Notifications, the whole shebang II using only iOS

I should start this article with a disclaimer, it based on iOS 13, Swift 5 and Xcode 11.x. If you reading this and those numbers look dated, be forewarned.

I should also warn you that notifications, principally remote ones involve Apple’s infrastructure which means you will need an Apple Developers account to use them.

Now if you just got here, you should perhaps go back to part I, read it first; if not read on.

So local notifications are good, and have their uses. But I suspect that what most apps really need/want is remote notifications. These are notifications that are fired via a server or in maybe another iOS device.

How do they work. Firstly you need to get permission to show notifications, if your not sure how to; you need to read part I. The first step for remote notifications is to get the ID of the device your running on. You need this to tell Apple where it needs to send a remote notifications. You do do with this code.

You recall from part I we had an App we called Noob. Reopen it and add this method to the appDelegate.swift.

func application( _ application: UIApplication,
didRegisterForRemoteNotificationsWithDeviceToken deviceToken: Data) {
let tokenParts = deviceToken.map { data in String(format: "%02.2hhx", data) }
let token = tokenParts.joined()
print("Device Token: \n\(token)\n")
}

This will produce a 64 character string. But be warned, if you delete and re-install your app; it will be a different 64 character string. A case for iCloud indeed; an option I’ll explore later perhaps.

But this is paper about remote notifications and I want to keep it focused, so for now we’re going to wing it and just print it out to the console.

Compile and run your code, it won’t work. It won’t work cause you need to click on the target of your Xcode project, move across to Signing and Capabilities and add [with the plus sign next to the work Capabilities] Push notifications.

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You can now run the project and you should get a 64 character code in the console, under the word Device Token. As I already said, in the real world you need to store this in a database.

Now, something different. You need to login to your Apple account now and get a private key that you’ll be using to request the post notifications. Open a web browser and sign into your Apple Developers account.

On the the overview page you’ll see the tab we’re after. “Certificates, Identifiers and Profiles”.

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Click on it and then click on the item called Keys in the left hand tab. Once there you can click on the white plus in the blue circle. You should find yourself looking at a configuration screen that looks much like this.

You need to register a new key for APNs services. Tick the ENABLE box and give your key a name. You can use the same key with multiple applications at this point, so there is no need to link the name with the project, it is name that make sense to you.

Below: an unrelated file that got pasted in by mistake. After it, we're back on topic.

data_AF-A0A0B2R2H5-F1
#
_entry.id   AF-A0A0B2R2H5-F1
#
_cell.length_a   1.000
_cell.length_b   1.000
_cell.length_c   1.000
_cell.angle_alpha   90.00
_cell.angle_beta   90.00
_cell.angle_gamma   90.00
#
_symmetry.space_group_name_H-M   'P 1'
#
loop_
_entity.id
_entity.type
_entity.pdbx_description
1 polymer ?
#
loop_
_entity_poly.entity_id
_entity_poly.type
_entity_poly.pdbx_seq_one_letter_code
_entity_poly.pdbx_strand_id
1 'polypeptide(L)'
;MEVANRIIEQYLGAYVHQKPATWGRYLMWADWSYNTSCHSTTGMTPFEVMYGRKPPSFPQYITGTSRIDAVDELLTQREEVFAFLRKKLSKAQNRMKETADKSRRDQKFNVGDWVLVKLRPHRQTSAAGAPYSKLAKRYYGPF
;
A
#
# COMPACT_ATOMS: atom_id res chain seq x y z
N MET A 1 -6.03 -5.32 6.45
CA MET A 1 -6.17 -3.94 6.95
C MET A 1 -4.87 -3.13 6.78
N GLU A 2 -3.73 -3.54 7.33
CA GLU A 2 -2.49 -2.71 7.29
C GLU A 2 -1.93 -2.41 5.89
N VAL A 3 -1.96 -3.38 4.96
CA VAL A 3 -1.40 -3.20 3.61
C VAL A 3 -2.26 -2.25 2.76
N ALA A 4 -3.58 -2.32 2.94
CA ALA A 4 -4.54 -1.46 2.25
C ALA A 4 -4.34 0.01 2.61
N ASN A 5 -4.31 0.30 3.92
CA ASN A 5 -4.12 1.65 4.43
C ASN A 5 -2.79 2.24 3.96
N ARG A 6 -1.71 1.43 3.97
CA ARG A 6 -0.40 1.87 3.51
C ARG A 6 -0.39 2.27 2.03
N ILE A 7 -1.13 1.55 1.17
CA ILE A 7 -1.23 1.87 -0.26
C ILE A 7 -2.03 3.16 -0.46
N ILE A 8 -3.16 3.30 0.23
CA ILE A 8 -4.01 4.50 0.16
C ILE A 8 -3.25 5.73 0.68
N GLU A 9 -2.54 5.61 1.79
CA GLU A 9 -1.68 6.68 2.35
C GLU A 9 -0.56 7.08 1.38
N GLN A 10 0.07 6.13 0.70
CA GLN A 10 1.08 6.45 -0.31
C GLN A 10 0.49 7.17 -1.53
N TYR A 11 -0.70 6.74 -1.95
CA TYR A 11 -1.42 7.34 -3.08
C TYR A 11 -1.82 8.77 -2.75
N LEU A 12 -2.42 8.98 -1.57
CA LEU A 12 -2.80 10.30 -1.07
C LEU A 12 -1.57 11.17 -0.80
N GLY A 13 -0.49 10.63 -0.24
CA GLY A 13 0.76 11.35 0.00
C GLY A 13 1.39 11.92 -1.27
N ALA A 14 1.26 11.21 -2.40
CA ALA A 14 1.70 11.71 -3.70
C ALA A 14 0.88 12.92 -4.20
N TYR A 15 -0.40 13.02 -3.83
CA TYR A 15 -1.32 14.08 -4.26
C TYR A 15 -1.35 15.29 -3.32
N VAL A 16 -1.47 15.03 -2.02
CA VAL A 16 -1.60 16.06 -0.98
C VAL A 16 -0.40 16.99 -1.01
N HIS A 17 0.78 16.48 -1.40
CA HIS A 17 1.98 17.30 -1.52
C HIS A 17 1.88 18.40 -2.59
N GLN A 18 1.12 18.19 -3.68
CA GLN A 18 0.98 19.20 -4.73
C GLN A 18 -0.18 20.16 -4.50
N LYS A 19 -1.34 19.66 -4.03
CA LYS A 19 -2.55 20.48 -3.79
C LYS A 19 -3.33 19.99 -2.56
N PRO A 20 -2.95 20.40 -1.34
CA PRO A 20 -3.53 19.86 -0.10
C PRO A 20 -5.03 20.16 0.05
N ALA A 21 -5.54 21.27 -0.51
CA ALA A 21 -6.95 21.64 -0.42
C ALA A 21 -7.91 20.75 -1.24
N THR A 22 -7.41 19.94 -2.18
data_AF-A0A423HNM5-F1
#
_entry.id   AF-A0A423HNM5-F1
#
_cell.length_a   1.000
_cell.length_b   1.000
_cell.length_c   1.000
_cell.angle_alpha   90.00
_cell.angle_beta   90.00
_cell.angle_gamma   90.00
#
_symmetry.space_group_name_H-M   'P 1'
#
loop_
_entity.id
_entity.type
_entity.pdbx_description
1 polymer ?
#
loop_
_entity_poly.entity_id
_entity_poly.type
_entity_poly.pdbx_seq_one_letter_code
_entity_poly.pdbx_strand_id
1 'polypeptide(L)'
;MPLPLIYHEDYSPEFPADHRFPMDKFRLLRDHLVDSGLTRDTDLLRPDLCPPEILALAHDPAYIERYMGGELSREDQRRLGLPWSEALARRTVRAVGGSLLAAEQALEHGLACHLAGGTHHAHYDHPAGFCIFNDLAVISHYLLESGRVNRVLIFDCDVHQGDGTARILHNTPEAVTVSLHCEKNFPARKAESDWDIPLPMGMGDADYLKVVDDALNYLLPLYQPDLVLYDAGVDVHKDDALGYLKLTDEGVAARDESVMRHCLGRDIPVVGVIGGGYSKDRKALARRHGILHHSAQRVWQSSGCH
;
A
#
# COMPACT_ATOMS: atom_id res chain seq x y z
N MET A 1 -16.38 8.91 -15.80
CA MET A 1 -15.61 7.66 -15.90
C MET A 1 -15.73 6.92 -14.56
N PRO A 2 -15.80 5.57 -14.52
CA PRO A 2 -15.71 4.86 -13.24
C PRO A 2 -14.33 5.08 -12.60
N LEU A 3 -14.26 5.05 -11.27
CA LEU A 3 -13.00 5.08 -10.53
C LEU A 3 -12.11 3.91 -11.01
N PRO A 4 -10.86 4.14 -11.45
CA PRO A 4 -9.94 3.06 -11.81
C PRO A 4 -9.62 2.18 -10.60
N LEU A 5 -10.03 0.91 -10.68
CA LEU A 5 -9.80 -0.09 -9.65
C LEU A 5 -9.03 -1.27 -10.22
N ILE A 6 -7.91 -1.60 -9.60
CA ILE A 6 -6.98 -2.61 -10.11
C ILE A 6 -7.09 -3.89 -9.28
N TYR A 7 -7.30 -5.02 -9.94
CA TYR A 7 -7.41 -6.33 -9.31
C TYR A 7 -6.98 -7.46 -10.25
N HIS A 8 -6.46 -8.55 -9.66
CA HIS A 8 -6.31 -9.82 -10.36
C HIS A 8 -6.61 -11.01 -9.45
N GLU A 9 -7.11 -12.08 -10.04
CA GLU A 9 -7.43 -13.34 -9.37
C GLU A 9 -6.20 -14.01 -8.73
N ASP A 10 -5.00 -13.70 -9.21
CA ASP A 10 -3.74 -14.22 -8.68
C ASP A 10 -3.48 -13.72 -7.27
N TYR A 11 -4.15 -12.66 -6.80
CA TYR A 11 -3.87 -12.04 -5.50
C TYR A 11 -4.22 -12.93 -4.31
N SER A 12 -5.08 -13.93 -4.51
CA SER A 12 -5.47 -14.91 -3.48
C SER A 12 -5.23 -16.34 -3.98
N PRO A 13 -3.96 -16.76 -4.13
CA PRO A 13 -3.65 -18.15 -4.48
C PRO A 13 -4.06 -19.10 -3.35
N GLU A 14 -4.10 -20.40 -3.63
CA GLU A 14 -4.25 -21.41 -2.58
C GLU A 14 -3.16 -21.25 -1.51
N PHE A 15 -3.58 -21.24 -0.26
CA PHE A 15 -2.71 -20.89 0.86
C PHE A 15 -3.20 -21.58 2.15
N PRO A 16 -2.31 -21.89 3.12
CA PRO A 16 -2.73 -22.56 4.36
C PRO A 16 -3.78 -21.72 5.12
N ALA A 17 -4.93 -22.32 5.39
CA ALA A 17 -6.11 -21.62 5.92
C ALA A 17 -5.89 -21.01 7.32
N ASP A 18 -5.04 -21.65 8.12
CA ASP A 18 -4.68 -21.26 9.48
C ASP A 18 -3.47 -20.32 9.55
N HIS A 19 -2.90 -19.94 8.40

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Click on register and wait a moment. Having registered take a special note of the Key ID that will appear on the page. You’ll need it later!

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Download your signature. It will contained in file with an extension p8. None of the apps on a standard OS X understand what a P8 file is and you will not be able to open it normally.

But we’re winging it here and I need the contents of the p8 for the next chapter. Go to downloads, right click the file and open it with the TextEdit app. No, it isn’t a recommended app to open p8 files. You see content like this.

-----BEGIN PRIVATE KEY-----
MIGTAgVAMBMGByqGSM49AgEGCCqGSM49AwEHBHkwdwIBAQQgl8Kij2y6acAgp1FZ
BHqI6T/Bv4bBgndxuVr1IfuYhemgBgYIKoZIzj0DAQehRANCAASweAt5jGR5H1Vf
QmlPyVVa2hn8jPLxdg0wHyP/xpXbJ5kGunlkXomLh8k+d31tWKKQF2QTzPCzckyi
p0aHWAWG
-----END PRIVATE KEY-----

This is my secret private key that I will use to encrypt my communications with Apple. Now go back to Xcode and create a new file we’re going to call RemoteNotifications.swift. Add two local variables to the class which will look like this.

private var privateKey = """
-----BEGIN PRIVATE KEY-----
MIGTAgVAMBMGByqGSM49AgEGCCqGSM49AwEHBHkwdwIBAQQgl8Kij2y6acAgp1FZ
BHqI6T/Bv4bBgndxuVr1IfuYhemgBgYIKoZIzj0DAQehRANCAASweAt5jGR5H1Vf
QmlPyVVa2hn8jPLxdg0wHyP/xpXbJ5kGunlkXomLh8k+d31tWKKQF2QTzPCzckyi
p0aHWAWG
-----END PRIVATE KEY-----
"""
private var token = "ae4498276c2dfc9ff33a101edc5df3f1e4ef9bbe876f717536e5504d63a38bda"

Yes that is three quotes, you need the whole shebang. Keep reading.

Written by

Coding for 35+ years, enjoying using and learning Swift/iOS development. Writer @ Better Programming, @The StartUp, @Mac O’Clock, Level Up Coding & More

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